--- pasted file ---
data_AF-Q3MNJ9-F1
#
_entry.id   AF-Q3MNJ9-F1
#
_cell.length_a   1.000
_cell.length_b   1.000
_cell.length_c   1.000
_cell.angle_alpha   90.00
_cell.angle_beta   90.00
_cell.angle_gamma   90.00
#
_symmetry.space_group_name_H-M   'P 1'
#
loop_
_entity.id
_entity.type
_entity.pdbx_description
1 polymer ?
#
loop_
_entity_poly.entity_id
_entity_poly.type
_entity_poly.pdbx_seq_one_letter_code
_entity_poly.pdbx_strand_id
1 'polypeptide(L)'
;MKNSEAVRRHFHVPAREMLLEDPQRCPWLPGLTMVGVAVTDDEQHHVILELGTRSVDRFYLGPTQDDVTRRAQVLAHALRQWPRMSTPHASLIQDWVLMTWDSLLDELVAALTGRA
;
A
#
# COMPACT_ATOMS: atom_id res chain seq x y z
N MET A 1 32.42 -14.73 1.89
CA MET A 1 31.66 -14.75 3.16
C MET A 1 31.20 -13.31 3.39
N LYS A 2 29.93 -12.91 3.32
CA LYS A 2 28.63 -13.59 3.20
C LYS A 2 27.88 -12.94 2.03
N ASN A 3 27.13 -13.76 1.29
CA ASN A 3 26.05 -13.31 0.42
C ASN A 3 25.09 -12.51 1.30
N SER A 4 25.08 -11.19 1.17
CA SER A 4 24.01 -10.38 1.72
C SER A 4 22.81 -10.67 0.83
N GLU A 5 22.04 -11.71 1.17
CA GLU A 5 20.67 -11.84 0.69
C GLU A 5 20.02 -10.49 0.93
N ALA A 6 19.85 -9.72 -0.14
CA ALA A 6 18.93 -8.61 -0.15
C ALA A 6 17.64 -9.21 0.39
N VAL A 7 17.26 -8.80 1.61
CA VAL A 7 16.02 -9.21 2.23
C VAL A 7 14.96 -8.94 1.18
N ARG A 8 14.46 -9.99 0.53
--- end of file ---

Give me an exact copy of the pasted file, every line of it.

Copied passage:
data_AF-Q3MNJ9-F1
#
_entry.id   AF-Q3MNJ9-F1
#
_cell.length_a   1.000
_cell.length_b   1.000
_cell.length_c   1.000
_cell.angle_alpha   90.00
_cell.angle_beta   90.00
_cell.angle_gamma   90.00
#
_symmetry.space_group_name_H-M   'P 1'
#
loop_
_entity.id
_entity.type
_entity.pdbx_description
1 polymer ?
#
loop_
_entity_poly.entity_id
_entity_poly.type
_entity_poly.pdbx_seq_one_letter_code
_entity_poly.pdbx_strand_id
1 'polypeptide(L)'
;MKNSEAVRRHFHVPAREMLLEDPQRCPWLPGLTMVGVAVTDDEQHHVILELGTRSVDRFYLGPTQDDVTRRAQVLAHALRQWPRMSTPHASLIQDWVLMTWDSLLDELVAALTGRA
;
A
#
# COMPACT_ATOMS: atom_id res chain seq x y z
N MET A 1 32.42 -14.73 1.89
CA MET A 1 31.66 -14.75 3.16
C MET A 1 31.20 -13.31 3.39
N LYS A 2 29.93 -12.91 3.32
CA LYS A 2 28.63 -13.59 3.20
C LYS A 2 27.88 -12.94 2.03
N ASN A 3 27.13 -13.76 1.29
CA ASN A 3 26.05 -13.31 0.42
C ASN A 3 25.09 -12.51 1.30
N SER A 4 25.08 -11.19 1.17
CA SER A 4 24.01 -10.38 1.72
C SER A 4 22.81 -10.67 0.83
N GLU A 5 22.04 -11.71 1.17
CA GLU A 5 20.67 -11.84 0.69
C GLU A 5 20.02 -10.49 0.93
N ALA A 6 19.85 -9.72 -0.14
CA ALA A 6 18.93 -8.61 -0.15
C ALA A 6 17.64 -9.21 0.39
N VAL A 7 17.26 -8.80 1.61
CA VAL A 7 16.02 -9.21 2.23
C VAL A 7 14.96 -8.94 1.18
N ARG A 8 14.46 -9.99 0.53